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Intel’s NUC as a Home Server

Intel's Next Unit of Computing, with its power sipping 17W mobile Ivy Bridge processor housed inside a small 4" x 4" form factor, is quite the ideal candidate as a 24/7 small server to take advantage of your unmetered home broadband connection.

After years of stop-start progress, we are finally living in a glorious age where home broadband, especially of the fibre variety, is becoming more prevalent with decent download and upload throughput speeds. Implication being more ambitious network activity can now be carried out, including proper HD media streaming, speedy remote access to your work/play file repositories and low latency communications/gaming, all happening at the same time.

Therefore it is not uncommon nowadays to find homeowners runnning servers at home huming along in one corner next to their networking equipment, in one form or another, as an extension of their digital lifestyle for automation and monitoring of pre-assigned tasks. No longer are servers found only inside expensive datacentres under the watchful eyes of security guards in an sterile, arctic winter environment.

Two of the main pre-requisites for any household appliances are low power consumption and heat/noise level emissions, both of which the sub-20W NUC will excel in, other than the most important fact that it is basically an x86 PC that can run Windows/Linux/OSX natively without compromise. After all, we all need a comfortable amount of compute power for applications to be responsive, without putting a glaring hole in the monthly energy bills or spoiling the tranquility of the home environment. With four-usable CPU threads and up to 16GB of DDR3-1600 memory augmented by an SSD, the NUC is fully capable of running file/web/game servers to serve dozens if not hundreds of concurrent users, better than some of the aging, power hungry machines in the traditional datacentres even. I dare say that if we cluster a handful of NUCs together in a properly configured Linux/Nginx/PHP/MySQL/Memcached setup, they can run a high traffic site like VR-Zone.com.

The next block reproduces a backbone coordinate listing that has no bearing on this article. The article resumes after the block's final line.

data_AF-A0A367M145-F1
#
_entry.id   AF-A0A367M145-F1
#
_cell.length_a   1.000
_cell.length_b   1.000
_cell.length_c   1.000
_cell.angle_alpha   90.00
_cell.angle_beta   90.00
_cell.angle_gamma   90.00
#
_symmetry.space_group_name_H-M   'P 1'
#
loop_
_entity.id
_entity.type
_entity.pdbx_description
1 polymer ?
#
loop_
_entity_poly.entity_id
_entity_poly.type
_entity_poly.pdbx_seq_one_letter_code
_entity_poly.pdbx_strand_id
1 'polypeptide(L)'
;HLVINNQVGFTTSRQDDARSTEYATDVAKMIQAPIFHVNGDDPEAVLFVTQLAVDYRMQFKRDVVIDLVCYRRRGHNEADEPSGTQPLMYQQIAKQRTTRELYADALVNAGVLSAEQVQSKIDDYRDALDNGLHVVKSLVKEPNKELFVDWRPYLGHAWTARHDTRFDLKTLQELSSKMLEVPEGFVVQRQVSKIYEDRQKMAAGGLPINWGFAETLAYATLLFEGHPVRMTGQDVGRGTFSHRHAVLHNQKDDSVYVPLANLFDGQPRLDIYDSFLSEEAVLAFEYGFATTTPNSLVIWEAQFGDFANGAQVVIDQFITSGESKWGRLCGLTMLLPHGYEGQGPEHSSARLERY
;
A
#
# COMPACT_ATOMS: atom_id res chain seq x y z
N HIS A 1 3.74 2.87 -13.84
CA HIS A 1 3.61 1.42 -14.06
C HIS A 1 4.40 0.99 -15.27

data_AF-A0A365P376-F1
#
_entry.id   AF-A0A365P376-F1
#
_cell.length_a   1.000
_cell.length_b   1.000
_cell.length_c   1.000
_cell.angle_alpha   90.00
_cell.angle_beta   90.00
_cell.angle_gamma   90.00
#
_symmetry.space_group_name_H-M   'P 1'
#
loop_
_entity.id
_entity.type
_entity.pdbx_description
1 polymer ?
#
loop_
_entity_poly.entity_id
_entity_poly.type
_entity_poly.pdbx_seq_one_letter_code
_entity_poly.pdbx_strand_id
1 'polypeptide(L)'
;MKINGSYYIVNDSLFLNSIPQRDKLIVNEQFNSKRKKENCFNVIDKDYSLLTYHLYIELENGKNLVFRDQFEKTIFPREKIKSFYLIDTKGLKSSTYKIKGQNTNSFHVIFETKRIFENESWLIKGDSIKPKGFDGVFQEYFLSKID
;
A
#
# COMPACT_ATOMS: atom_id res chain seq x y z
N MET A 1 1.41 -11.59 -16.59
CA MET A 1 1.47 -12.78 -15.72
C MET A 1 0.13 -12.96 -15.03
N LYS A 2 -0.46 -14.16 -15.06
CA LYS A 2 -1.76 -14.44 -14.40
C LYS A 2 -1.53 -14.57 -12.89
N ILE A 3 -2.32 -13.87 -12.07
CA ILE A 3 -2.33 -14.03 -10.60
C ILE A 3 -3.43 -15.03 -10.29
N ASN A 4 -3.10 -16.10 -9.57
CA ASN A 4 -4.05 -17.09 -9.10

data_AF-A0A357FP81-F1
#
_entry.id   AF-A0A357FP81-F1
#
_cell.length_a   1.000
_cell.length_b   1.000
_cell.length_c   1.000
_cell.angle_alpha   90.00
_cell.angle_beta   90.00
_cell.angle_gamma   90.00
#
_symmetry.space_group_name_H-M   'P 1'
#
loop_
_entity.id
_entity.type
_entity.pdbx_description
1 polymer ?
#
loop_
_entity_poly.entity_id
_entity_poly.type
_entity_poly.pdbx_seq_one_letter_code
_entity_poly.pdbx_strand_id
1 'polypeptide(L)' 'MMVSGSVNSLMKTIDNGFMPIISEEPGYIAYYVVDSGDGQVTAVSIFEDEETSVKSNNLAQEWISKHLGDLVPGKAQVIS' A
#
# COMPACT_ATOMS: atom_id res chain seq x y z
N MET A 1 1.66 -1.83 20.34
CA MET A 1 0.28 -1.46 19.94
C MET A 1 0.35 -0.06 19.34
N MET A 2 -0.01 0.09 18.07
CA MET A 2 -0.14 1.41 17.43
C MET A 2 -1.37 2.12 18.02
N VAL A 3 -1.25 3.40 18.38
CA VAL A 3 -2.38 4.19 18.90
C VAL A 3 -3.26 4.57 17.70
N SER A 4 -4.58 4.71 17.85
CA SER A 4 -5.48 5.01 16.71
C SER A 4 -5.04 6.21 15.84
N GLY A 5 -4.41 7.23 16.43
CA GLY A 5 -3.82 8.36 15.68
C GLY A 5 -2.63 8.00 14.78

In Singapore, the three main residential ISPs (SingTel, StarHub and M1) are joined by a host of other smaller players like MyRepublic, ViewQuest and Super Internet, all of which offer a plethora of unlimited service plans and packages for the different usage tiers. Some of these services have port filtering (blocks) turned on for common TCP applications like HTTP, FTP and SMTP, rendering them impractical if you are doing that sort of hosting. Static IP (as opposed to the usual dynamic IP) options are also available from some of these providers, so you can have a somewhat permanent presence on the internet and access your home network without the need for Dynamic DNS.

Some of the other essential items in such a setup include a capable home gateway router, such as the Asus RT-AC66U which can provide near wire-speed WAN-LAN routing and handle an abusive amount of simultaneous connections, and a Gigabit/Thunderbolt NAS for dedicated storage of files.

VR-Zone is a leading online technology news publication reporting on bleeding edge trends in PC and mobile gadgets, with in-depth reviews and commentaries.

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